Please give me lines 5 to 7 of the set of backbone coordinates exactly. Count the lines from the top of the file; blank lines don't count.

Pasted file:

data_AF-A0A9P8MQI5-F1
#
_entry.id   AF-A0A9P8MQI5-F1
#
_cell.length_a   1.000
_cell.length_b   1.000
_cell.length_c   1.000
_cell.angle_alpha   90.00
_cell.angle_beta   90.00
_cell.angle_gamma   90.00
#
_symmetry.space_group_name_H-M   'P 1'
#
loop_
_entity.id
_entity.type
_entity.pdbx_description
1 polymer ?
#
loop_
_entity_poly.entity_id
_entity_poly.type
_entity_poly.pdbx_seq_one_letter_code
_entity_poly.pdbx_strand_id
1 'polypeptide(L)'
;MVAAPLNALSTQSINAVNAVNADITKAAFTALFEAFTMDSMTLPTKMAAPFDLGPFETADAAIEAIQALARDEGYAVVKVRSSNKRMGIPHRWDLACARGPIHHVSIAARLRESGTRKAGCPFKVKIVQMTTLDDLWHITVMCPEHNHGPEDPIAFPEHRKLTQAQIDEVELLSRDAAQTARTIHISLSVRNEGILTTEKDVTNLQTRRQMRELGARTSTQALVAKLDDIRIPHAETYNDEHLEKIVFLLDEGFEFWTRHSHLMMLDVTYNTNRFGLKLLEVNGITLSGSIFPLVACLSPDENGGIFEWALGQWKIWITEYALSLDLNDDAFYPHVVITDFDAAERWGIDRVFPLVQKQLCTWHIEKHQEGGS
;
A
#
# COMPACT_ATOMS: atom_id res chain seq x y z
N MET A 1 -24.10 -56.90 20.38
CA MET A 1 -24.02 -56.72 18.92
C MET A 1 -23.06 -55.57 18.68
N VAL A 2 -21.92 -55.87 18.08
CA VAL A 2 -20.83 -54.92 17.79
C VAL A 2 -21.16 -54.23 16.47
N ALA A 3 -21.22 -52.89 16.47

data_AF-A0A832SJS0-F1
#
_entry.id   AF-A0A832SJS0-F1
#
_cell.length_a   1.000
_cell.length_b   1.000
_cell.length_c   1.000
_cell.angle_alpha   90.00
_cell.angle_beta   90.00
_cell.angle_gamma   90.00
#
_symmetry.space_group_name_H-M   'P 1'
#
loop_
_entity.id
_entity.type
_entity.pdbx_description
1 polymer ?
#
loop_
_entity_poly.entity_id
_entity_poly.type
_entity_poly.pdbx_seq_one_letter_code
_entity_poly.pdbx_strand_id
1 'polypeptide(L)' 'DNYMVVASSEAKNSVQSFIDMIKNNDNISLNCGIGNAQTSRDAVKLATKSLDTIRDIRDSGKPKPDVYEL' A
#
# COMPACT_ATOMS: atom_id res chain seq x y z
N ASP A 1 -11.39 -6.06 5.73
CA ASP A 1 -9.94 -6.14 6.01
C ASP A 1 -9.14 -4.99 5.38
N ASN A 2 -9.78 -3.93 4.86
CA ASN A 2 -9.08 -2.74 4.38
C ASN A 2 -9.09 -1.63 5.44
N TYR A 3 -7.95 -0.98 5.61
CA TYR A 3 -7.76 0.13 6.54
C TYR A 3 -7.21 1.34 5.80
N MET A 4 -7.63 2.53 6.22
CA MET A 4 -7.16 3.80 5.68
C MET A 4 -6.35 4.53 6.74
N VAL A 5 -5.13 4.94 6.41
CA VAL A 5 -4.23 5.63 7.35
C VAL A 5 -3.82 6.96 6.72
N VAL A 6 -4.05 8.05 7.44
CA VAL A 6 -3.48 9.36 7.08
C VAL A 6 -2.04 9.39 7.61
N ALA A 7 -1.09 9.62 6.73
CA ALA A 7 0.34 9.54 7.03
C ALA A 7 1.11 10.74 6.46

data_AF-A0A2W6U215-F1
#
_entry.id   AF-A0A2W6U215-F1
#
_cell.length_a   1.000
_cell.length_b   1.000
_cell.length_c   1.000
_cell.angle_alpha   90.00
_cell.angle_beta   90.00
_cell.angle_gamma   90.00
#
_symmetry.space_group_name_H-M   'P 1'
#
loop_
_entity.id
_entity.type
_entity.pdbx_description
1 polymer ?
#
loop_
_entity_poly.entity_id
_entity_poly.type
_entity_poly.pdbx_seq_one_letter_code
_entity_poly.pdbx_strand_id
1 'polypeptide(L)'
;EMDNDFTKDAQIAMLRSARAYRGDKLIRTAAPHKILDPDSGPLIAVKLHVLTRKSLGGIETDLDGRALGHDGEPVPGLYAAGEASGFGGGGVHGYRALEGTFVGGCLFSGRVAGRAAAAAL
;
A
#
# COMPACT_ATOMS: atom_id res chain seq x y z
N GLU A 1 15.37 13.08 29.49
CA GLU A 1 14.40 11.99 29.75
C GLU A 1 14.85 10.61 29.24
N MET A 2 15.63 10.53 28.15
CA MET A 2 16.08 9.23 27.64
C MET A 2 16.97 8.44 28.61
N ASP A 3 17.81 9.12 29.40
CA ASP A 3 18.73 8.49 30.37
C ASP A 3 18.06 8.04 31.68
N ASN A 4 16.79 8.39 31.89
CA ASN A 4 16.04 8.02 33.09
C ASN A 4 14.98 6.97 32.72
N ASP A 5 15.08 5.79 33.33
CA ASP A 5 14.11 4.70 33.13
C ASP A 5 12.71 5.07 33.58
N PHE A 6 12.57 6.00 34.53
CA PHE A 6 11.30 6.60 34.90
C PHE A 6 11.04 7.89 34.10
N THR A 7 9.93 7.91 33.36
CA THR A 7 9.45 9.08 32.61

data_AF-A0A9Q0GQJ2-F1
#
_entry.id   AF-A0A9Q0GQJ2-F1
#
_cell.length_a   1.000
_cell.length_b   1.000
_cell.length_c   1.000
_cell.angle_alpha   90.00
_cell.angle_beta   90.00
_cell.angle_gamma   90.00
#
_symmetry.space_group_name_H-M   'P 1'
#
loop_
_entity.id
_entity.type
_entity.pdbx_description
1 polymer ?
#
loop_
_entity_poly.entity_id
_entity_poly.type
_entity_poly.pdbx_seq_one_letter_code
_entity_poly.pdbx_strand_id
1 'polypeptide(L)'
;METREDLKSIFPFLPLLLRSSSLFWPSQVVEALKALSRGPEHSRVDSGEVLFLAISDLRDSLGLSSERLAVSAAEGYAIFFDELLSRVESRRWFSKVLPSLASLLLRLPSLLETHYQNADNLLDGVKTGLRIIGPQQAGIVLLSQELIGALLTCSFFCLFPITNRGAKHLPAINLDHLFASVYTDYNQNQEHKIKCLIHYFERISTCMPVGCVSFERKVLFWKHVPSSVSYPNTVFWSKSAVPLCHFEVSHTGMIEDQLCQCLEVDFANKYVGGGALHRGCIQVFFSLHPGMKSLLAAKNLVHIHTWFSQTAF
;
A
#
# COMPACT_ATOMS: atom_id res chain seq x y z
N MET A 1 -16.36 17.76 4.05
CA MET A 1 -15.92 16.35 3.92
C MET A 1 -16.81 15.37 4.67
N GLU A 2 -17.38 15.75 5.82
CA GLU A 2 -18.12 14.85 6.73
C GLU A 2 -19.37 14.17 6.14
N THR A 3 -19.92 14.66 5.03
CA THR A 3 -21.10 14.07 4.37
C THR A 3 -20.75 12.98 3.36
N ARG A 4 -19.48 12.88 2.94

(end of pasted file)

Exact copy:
_cell.length_a   1.000
_cell.length_b   1.000
_cell.length_c   1.000